Watch as Olympic show jumping medalist McLain Ward shows how to get the most out of walking a show jumping course.

About This Video

Olympic show jumping rider McLain Ward guides you through a show jumping course walk with tips for everything from remembering the course to accounting for factors that can affect your horse’s performance. 

To learn more about the sport of show jumping, please visit the United States Hunter Jumper Association and US Equestrian’s jumping page.  

Key Principles: 

  • Remember the Course
  • Distance Between the Jumps
  • Awareness of Atmosphere and Terrain
  • How the Course Affects Your Horse

About The Expert

McLain Ward
McLain Ward
Olympic Show Jumping Medalist

Olympic rider McLain Ward, who won a team silver medal at the 2016 Rio de Janeiro Olympic Games, was introduced to riding before he could walk and has a competitive prowess that only continues to increase with age. In 1990, Ward became the youngest rider ever to win both the USET Medal Finals and the USET Talent Derby at age 14. He turned that into a legacy, winning the pair of competitions from 1990-1992. After turning pro, he quickly became the youngest rider to reach the $1 million mark in earnings in 1999, at age 24. In the early 2000s, his mounts included the famed grand prix show jumper Goldika. Ward has been a valuable member of the U.S. Olympic Show Jumping Team at the past three Olympic Games. He made his Olympic Games debut a memorable one at the 2004 Games in Athens, helping the U.S. to a team gold with legendary partner Sapphire. Two years later, the pair were on the silver medal-winning team at the 2006 FEI World Equestrian Games. At the 2008 Olympic Games in Hong Kong, Ward and Sapphire repeated their Olympic success, earning their second consecutive team gold medal. In 2014 and 2015, Ward and Rothchild were part of the U.S. Showjumping Team's bronze-medal winning efforts at the 2014 Alltech FEI World Equestrian Games and the 2015 Pan American Games. It was at the Pan American Games that Ward accomplished what had eluded him throughout his career, his first individual medal – a gold.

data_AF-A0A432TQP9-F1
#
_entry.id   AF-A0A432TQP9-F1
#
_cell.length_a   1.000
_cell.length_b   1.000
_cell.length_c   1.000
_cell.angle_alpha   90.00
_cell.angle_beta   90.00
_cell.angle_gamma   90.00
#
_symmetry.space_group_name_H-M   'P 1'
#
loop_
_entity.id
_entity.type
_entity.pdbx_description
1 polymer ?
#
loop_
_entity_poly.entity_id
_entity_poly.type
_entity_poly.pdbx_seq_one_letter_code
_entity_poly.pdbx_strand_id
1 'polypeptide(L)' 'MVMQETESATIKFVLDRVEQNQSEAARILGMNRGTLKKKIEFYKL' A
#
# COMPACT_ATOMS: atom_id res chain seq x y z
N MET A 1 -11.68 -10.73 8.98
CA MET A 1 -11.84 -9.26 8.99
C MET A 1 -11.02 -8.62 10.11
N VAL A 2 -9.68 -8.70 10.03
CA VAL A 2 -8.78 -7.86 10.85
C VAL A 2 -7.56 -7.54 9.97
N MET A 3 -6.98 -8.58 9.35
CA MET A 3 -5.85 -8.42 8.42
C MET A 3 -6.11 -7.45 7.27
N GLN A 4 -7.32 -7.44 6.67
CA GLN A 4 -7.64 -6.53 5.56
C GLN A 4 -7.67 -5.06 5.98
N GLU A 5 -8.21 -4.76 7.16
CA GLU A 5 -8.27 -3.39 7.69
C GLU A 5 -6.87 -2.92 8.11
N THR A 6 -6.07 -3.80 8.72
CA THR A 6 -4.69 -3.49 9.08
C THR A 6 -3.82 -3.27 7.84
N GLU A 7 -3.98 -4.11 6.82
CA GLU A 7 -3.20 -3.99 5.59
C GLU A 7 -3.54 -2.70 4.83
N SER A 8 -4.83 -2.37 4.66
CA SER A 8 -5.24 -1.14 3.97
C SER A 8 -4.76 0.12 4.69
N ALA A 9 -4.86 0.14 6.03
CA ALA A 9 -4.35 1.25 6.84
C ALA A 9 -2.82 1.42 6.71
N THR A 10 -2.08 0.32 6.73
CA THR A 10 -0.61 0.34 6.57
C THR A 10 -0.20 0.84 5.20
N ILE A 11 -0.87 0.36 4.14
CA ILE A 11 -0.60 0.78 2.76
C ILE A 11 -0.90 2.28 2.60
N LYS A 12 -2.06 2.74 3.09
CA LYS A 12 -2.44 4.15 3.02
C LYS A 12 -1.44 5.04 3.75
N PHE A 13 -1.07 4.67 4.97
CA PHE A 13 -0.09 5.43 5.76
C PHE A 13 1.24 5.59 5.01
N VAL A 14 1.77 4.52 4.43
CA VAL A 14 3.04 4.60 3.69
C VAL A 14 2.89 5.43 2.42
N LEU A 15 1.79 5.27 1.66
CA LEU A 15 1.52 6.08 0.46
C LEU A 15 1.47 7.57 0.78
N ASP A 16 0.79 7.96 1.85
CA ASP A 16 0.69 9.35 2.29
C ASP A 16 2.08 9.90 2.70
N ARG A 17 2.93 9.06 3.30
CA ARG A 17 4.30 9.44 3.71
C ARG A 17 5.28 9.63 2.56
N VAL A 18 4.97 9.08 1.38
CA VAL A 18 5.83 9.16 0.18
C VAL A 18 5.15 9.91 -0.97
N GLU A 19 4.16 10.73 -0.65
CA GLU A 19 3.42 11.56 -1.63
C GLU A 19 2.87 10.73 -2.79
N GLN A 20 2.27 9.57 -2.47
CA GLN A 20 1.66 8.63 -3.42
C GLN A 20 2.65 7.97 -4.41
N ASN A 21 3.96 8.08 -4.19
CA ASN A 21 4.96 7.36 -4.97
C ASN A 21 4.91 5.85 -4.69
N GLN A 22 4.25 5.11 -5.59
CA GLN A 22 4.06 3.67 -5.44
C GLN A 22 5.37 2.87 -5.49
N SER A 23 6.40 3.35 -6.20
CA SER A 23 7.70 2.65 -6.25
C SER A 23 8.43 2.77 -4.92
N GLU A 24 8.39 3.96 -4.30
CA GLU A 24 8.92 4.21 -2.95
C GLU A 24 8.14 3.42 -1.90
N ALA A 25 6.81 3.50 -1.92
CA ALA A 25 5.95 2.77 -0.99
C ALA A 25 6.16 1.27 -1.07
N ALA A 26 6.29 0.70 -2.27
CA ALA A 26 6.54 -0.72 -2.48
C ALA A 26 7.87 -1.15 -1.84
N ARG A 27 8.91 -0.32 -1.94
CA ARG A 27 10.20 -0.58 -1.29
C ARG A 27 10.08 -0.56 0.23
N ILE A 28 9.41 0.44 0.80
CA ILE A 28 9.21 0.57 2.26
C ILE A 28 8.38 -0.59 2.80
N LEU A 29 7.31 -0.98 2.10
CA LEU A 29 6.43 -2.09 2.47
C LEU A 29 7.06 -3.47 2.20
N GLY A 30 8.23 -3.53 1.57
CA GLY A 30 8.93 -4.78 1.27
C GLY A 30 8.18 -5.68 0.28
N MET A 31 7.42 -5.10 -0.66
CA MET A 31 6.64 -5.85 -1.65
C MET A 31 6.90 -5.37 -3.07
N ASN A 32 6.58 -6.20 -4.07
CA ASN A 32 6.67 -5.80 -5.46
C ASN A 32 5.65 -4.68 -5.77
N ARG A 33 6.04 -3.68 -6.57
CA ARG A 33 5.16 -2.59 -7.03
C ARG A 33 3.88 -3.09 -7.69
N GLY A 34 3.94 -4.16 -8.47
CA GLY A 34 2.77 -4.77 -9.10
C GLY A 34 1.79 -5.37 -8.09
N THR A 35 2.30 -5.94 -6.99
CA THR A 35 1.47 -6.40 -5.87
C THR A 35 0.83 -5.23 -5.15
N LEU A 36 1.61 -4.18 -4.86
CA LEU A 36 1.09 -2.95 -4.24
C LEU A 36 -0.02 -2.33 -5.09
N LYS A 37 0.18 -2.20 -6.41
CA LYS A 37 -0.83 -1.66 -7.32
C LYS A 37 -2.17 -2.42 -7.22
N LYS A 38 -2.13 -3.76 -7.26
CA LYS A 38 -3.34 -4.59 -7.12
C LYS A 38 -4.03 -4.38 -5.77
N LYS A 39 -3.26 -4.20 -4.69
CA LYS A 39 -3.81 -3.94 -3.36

To learn more about McLain Ward, please visit his website.